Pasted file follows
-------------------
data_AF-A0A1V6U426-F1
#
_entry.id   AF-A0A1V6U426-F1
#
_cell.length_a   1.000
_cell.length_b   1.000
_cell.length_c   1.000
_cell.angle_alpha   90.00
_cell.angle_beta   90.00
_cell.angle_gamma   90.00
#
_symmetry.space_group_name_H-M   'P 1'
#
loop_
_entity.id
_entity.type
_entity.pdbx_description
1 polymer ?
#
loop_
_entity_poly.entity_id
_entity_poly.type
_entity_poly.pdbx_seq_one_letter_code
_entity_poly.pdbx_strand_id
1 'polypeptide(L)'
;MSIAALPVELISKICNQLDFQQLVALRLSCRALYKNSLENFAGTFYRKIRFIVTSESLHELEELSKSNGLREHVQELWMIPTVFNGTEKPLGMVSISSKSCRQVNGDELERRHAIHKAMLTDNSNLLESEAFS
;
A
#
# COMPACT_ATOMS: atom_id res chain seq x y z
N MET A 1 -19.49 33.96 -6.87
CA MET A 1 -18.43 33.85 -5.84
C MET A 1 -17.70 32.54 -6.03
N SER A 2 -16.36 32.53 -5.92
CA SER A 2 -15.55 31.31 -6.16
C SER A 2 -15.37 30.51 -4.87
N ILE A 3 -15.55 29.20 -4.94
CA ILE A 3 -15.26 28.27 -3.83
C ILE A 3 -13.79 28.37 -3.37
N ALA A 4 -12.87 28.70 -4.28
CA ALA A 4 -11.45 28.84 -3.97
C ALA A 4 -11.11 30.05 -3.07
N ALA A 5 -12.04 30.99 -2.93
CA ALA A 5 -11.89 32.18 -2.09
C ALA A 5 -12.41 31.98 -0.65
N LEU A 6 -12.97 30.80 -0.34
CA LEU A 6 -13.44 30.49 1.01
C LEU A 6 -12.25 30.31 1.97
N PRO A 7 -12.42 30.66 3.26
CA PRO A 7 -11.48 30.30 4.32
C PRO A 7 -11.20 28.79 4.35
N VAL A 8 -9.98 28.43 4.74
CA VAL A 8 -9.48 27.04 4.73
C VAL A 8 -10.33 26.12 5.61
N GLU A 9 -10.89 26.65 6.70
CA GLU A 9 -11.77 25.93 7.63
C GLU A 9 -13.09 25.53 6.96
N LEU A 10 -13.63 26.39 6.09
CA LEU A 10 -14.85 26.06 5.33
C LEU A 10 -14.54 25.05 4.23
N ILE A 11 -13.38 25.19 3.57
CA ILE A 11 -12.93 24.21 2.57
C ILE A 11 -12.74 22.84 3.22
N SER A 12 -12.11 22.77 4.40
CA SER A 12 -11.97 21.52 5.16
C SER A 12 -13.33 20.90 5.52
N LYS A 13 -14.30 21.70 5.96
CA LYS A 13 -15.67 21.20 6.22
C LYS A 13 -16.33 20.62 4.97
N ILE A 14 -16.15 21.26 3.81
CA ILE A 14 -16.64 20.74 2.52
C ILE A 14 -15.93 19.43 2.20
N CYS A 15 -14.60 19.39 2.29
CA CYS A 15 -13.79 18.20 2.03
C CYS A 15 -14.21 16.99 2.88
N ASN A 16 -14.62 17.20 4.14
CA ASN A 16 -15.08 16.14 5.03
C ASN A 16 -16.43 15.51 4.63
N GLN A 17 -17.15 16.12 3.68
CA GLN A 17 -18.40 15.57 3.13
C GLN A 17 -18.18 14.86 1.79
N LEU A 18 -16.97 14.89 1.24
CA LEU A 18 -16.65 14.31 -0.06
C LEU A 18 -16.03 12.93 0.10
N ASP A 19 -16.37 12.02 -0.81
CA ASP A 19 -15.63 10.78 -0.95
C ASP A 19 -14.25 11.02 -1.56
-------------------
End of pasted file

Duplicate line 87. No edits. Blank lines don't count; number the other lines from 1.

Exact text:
C ASP A 19 -14.25 11.02 -1.56